Record-Breaking Grouper Strike on Aqua-Vu Camera, Catch and Release the 583lb Goliath
A 29-hour drive to escape the Minneapolis riots had landed fishing guide Paul Hartman and his family in Marco Island, Florida. On May 31, Hartman, his wife Kimberly and stepchildren Reegan and Owen Werner would be 50 miles out in the Gulf of Mexico, wrestling a record-class goliath grouper. Before the battle ensued, they’d watch the mammoth fish bite on the screen of their Aqua-Vu underwater camera.
Early in the day, on the way to their offshore fishing spot, Hartman and family had tried to catch a few amberjacks for grouper and shark bait. Each time they hooked one; however, a barracuda attacked and stole their prospective bait. After boating two of the big ‘cuda, Hartman finally decided to cut the tails off the toothy fish and rig each on a 12/0 circle hook in hopes of tempting a hungry shark or goliath grouper. Attached to heavy-duty rods and Penn International reels loaded with 250-pound braided line, the baits plummeted into 50 to 70 feet of water.
Endeavoring to witness and record the actual bite, Hartman and his son attached one of the fishing lines to the “Live Strike” release clip connected to the lens of an Aqua-Vu HD10i Pro camera. “We had rigged the camera to face at about a 45-degree downward angle, keeping the lens just a few feet above the bait,” said Hartman, a well-known fishing guide specializing in trophy muskellunge back in Minnesota. “We watched on the screen as the big chunk of ‘cuda sank toward the bottom. Almost right away, my son Owen excitedly described the action as he watched a massive grouper charge over and ate the nearly 50-inch bait in one big gulp.”
“When Owen saw the fish coming, he screamed, ‘It just ate the whole thing! The entire bait is gone!” recalled Hartman. “I reeled down, got the fish hooked, and the fun began.”
Unfortunately, in the heat of the moment, the family forgot to hit the record button and failed to capture the underwater video with an attached recording device. “But watching that giant grouper engulf the entire bait in one powerful snap has given us ample incentive to try again. What an experience!”
Equipped with 125-feet of heavy-duty cable, the Aqua-Vu HD10i Pro high-definition underwater camera houses internal weights. It allows the user to attach additional 1-pound weights as well as the XD Live Strike accessory, via Aqua-Vu’s Quick Attachment system. In effect, the camera acts as a weight, pulling the bait toward the bottom.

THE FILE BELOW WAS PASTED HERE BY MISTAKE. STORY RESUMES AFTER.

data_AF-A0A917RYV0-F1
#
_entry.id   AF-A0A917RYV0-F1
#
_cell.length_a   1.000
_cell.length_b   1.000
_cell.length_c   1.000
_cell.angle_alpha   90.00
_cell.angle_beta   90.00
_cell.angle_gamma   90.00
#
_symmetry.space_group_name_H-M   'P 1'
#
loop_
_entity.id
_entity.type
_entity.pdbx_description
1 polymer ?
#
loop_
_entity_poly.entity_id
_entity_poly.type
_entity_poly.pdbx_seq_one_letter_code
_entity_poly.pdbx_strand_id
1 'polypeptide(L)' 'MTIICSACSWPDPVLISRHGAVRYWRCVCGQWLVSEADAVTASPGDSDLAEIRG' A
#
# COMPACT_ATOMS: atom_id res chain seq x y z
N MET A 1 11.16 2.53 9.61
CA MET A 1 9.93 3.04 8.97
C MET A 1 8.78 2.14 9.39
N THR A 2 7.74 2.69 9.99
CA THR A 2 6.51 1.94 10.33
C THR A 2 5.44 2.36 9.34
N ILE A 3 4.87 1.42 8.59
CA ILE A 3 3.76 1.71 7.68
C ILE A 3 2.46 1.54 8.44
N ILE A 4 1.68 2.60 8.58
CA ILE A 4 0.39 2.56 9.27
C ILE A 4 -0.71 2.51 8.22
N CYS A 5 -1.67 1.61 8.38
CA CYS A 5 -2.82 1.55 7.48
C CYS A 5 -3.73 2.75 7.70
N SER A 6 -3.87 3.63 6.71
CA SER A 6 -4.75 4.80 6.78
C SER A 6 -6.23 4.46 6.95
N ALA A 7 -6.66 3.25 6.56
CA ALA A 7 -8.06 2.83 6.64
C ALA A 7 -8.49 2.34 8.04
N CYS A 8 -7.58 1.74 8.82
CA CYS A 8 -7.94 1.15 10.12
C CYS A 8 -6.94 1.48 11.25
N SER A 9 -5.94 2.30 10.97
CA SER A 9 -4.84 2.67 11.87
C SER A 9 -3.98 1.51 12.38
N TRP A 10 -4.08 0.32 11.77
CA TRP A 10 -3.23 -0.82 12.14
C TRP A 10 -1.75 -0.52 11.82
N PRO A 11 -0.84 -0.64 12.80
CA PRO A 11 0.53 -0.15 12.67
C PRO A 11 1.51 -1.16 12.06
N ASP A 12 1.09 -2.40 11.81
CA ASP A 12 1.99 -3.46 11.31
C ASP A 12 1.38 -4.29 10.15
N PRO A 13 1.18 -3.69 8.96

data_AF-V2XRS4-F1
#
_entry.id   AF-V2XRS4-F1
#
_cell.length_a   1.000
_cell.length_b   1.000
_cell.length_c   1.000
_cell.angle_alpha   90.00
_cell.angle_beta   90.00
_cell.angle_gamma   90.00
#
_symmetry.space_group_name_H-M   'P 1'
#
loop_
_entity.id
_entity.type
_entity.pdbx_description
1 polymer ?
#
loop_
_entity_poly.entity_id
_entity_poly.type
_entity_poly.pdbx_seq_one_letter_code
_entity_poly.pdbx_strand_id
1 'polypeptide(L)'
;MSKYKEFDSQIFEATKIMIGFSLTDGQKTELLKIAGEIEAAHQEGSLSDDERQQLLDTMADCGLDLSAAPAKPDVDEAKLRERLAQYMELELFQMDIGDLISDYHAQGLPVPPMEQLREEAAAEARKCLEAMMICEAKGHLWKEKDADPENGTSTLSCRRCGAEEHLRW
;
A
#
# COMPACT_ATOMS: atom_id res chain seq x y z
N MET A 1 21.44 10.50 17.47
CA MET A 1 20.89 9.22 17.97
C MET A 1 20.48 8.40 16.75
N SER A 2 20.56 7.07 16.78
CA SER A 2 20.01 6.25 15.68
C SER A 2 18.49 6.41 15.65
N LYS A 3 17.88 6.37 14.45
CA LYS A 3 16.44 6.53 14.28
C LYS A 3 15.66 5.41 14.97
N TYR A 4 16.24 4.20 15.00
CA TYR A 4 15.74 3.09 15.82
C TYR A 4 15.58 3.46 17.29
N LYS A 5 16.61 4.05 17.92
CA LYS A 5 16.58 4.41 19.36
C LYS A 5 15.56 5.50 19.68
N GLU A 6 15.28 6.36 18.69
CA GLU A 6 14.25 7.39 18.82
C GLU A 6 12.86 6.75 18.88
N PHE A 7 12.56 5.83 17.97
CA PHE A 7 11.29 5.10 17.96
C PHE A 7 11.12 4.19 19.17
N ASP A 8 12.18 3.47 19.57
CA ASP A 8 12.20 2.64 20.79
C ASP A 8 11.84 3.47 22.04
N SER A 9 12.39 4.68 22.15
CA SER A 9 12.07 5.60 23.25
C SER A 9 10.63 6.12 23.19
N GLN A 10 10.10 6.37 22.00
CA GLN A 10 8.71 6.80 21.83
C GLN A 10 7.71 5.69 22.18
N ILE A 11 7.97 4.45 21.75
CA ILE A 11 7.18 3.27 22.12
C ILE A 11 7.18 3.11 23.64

The Live Strike accessory slides easily onto the camera lens housing, terminating with a downrigger-style line clip. Anglers can instantly attach their fishing line to the release clip and monitor the lure or bait on the LCD above. When a fish strikes, the line is effortlessly pulled off the clip for a direct rod-to-fish battle. The Aqua-Vu XD Live Strike system is the only fishing-ready video device that allows for full HD viewing of lures and striking fish in real-time.
“Having just witnessed the sheer size of the animal as it swam over and engulfed the bait, Owen was buzzing with excitement,” recalled Hartman,” “That got us fired up, too. I asked Kimberly to back the boat away from the structure, while I gently towed the unsuspecting fish to smoother bottom, where it would be more difficult to wrap the line around an obstruction and break off. As Reegan strapped on the fighting belt, I handed her the rod and told her to get ready for a battle.
“Once the fish realized it was hooked, it began thrashing and surging. Reegan is an athlete with lots of competitive spirit, but at 115-pounds, she was in for a major challenge versus a fish five times her weight. After just ten minutes, with assistance from her brother Owen, Reegan managed to get the fish up off the bottom and into view so that we could get a good idea of its enormous size. After working the fish hard for another 5 minutes, I was able to grab the 400-pound test cable leader and begin measuring the fish boatside. We got the hook out, took a few photos, and let the fish give us shower as it kicked and swam back to the depths.”
Later, looking at the photos, Hartman realized the goliath grouper was almost certainly the same fish caught by a friend in April of 2019, a specimen named My Lord. Just 14 months later, the fish had grown three inches and gained 50 pounds, now measuring 83-inches long with a 75-inch girth and estimated weight of 583-pounds. According to the International Game Fish Association, Reegan Werner’s fish was the largest grouper ever caught by a female angler.
“The first time my friend Captain Ben Olsen saw the fish, all he or his crew could say was ‘oh my Lord, look at that!’” said Hartman. “Eventually, the name stuck, and when we got back in and looked at our photos, we realized, the fish was indeed the same one.”
Hartman notes that responding to declining goliath grouper populations, the Florida Fish and Wildlife Conservation Commission prohibited all harvest of the magnificent sportfish from U.S. waters in 1990. Since then, goliath grouper populations have rebounded in certain areas around Florida’s Gulf Coast.
“It’s not like these fish are superabundant,” Hartman added. “You can find five to ten fish living on one particular structure. But then you might not find another big grouper for 30 to 50 miles. Releasing these fish safely and carefully is a must. Who knows, next year, we might come back and watch My Lord eat on the camera again. Who knows how much bigger she’ll be. This time, you can be sure we’ll hit the record button.”